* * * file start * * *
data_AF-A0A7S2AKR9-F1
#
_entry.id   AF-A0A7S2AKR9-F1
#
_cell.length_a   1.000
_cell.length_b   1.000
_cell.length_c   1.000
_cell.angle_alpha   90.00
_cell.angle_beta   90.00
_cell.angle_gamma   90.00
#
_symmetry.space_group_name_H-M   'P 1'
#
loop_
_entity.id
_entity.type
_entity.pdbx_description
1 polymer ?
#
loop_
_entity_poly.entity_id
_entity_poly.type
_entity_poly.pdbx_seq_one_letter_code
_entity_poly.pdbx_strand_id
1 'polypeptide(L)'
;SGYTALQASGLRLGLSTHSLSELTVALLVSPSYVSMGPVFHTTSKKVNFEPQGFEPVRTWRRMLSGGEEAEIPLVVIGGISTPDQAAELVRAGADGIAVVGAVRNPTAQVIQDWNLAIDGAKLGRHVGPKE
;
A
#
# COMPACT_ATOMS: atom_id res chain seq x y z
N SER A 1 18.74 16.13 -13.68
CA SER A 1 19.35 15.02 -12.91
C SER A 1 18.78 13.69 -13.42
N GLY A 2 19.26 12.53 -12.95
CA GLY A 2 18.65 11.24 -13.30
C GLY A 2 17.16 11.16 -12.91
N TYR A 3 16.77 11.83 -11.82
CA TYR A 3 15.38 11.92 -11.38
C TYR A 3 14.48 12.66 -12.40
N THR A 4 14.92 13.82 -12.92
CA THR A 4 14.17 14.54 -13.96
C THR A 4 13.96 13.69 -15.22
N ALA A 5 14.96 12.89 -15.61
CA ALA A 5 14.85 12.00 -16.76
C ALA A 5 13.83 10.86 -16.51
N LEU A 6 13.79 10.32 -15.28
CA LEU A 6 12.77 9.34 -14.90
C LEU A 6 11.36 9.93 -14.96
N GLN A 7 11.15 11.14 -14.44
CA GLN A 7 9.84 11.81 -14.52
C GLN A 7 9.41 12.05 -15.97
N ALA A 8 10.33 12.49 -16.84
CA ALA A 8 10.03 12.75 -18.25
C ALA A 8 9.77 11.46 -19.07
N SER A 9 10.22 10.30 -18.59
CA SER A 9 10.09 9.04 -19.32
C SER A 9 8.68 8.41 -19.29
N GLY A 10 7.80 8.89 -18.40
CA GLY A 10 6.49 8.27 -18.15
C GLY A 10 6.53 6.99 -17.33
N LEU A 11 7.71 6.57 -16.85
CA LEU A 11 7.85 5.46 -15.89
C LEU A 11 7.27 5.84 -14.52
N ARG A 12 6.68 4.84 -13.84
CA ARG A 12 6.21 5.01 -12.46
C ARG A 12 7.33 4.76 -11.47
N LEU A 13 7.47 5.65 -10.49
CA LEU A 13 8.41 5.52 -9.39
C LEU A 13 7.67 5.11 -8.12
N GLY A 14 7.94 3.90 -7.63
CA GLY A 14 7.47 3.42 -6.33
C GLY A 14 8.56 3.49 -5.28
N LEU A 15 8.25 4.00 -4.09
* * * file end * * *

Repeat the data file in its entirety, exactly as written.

data_AF-A0A7S2AKR9-F1
#
_entry.id   AF-A0A7S2AKR9-F1
#
_cell.length_a   1.000
_cell.length_b   1.000
_cell.length_c   1.000
_cell.angle_alpha   90.00
_cell.angle_beta   90.00
_cell.angle_gamma   90.00
#
_symmetry.space_group_name_H-M   'P 1'
#
loop_
_entity.id
_entity.type
_entity.pdbx_description
1 polymer ?
#
loop_
_entity_poly.entity_id
_entity_poly.type
_entity_poly.pdbx_seq_one_letter_code
_entity_poly.pdbx_strand_id
1 'polypeptide(L)'
;SGYTALQASGLRLGLSTHSLSELTVALLVSPSYVSMGPVFHTTSKKVNFEPQGFEPVRTWRRMLSGGEEAEIPLVVIGGISTPDQAAELVRAGADGIAVVGAVRNPTAQVIQDWNLAIDGAKLGRHVGPKE
;
A
#
# COMPACT_ATOMS: atom_id res chain seq x y z
N SER A 1 18.74 16.13 -13.68
CA SER A 1 19.35 15.02 -12.91
C SER A 1 18.78 13.69 -13.42
N GLY A 2 19.26 12.53 -12.95
CA GLY A 2 18.65 11.24 -13.30
C GLY A 2 17.16 11.16 -12.91
N TYR A 3 16.77 11.83 -11.82
CA TYR A 3 15.38 11.92 -11.38
C TYR A 3 14.48 12.66 -12.40
N THR A 4 14.92 13.82 -12.92
CA THR A 4 14.17 14.54 -13.96
C THR A 4 13.96 13.69 -15.22
N ALA A 5 14.96 12.89 -15.61
CA ALA A 5 14.85 12.00 -16.76
C ALA A 5 13.83 10.86 -16.51
N LEU A 6 13.79 10.32 -15.28
CA LEU A 6 12.77 9.34 -14.90
C LEU A 6 11.36 9.93 -14.96
N GLN A 7 11.15 11.14 -14.44
CA GLN A 7 9.84 11.81 -14.52
C GLN A 7 9.41 12.05 -15.97
N ALA A 8 10.33 12.49 -16.84
CA ALA A 8 10.03 12.75 -18.25
C ALA A 8 9.77 11.46 -19.07
N SER A 9 10.22 10.30 -18.59
CA SER A 9 10.09 9.04 -19.32
C SER A 9 8.68 8.41 -19.29
N GLY A 10 7.80 8.89 -18.40
CA GLY A 10 6.49 8.27 -18.15
C GLY A 10 6.53 6.99 -17.33
N LEU A 11 7.71 6.57 -16.85
CA LEU A 11 7.85 5.46 -15.89
C LEU A 11 7.27 5.84 -14.52
N ARG A 12 6.68 4.84 -13.84
CA ARG A 12 6.21 5.01 -12.46
C ARG A 12 7.33 4.76 -11.47
N LEU A 13 7.47 5.65 -10.49
CA LEU A 13 8.41 5.52 -9.39
C LEU A 13 7.67 5.11 -8.12
N GLY A 14 7.94 3.90 -7.63
CA GLY A 14 7.47 3.42 -6.33
C GLY A 14 8.56 3.49 -5.28
N LEU A 15 8.25 4.00 -4.09